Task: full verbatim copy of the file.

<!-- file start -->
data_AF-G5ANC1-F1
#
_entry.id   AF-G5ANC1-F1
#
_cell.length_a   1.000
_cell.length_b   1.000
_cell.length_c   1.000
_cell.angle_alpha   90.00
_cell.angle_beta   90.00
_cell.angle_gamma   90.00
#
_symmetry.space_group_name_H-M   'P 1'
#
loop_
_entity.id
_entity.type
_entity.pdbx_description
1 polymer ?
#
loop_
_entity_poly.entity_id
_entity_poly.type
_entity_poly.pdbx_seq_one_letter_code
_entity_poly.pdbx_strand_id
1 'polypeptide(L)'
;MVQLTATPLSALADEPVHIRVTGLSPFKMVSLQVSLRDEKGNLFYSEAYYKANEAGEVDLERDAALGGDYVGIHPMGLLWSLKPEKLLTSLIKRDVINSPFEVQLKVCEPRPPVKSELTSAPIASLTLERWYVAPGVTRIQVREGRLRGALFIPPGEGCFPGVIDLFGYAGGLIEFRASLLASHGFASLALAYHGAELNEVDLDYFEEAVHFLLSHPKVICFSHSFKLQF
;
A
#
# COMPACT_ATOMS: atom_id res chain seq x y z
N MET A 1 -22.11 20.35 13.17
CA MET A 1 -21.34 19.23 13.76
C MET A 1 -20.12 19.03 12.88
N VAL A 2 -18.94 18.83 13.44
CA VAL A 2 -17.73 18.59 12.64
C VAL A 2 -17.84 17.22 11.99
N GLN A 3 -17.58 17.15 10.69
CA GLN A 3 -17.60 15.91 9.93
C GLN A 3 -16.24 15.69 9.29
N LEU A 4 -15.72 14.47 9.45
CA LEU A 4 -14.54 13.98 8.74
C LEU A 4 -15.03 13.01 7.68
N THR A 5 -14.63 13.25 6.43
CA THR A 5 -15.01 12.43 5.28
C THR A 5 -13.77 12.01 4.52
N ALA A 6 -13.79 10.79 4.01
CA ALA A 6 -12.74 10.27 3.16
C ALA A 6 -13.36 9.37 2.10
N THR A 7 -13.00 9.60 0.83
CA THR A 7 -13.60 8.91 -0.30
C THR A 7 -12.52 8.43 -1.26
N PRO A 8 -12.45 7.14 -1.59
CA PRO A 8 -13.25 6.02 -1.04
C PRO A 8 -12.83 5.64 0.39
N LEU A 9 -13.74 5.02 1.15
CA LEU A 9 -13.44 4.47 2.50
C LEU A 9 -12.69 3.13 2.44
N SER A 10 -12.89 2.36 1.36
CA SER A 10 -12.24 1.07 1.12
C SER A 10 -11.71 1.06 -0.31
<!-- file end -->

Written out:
data_AF-G5ANC1-F1
#
_entry.id   AF-G5ANC1-F1
#
_cell.length_a   1.000
_cell.length_b   1.000
_cell.length_c   1.000
_cell.angle_alpha   90.00
_cell.angle_beta   90.00
_cell.angle_gamma   90.00
#
_symmetry.space_group_name_H-M   'P 1'
#
loop_
_entity.id
_entity.type
_entity.pdbx_description
1 polymer ?
#
loop_
_entity_poly.entity_id
_entity_poly.type
_entity_poly.pdbx_seq_one_letter_code
_entity_poly.pdbx_strand_id
1 'polypeptide(L)'
;MVQLTATPLSALADEPVHIRVTGLSPFKMVSLQVSLRDEKGNLFYSEAYYKANEAGEVDLERDAALGGDYVGIHPMGLLWSLKPEKLLTSLIKRDVINSPFEVQLKVCEPRPPVKSELTSAPIASLTLERWYVAPGVTRIQVREGRLRGALFIPPGEGCFPGVIDLFGYAGGLIEFRASLLASHGFASLALAYHGAELNEVDLDYFEEAVHFLLSHPKVICFSHSFKLQF
;
A
#
# COMPACT_ATOMS: atom_id res chain seq x y z
N MET A 1 -22.11 20.35 13.17
CA MET A 1 -21.34 19.23 13.76
C MET A 1 -20.12 19.03 12.88
N VAL A 2 -18.94 18.83 13.44
CA VAL A 2 -17.73 18.59 12.64
C VAL A 2 -17.84 17.22 11.99
N GLN A 3 -17.58 17.15 10.69
CA GLN A 3 -17.60 15.91 9.93
C GLN A 3 -16.24 15.69 9.29
N LEU A 4 -15.72 14.47 9.45
CA LEU A 4 -14.54 13.98 8.74
C LEU A 4 -15.03 13.01 7.68
N THR A 5 -14.63 13.25 6.43
CA THR A 5 -15.01 12.43 5.28
C THR A 5 -13.77 12.01 4.52
N ALA A 6 -13.79 10.79 4.01
CA ALA A 6 -12.74 10.27 3.16
C ALA A 6 -13.36 9.37 2.10
N THR A 7 -13.00 9.60 0.83
CA THR A 7 -13.60 8.91 -0.30
C THR A 7 -12.52 8.43 -1.26
N PRO A 8 -12.45 7.14 -1.59
CA PRO A 8 -13.25 6.02 -1.04
C PRO A 8 -12.83 5.64 0.39
N LEU A 9 -13.74 5.02 1.15
CA LEU A 9 -13.44 4.47 2.50
C LEU A 9 -12.69 3.13 2.44
N SER A 10 -12.89 2.36 1.36
CA SER A 10 -12.24 1.07 1.12
C SER A 10 -11.71 1.06 -0.31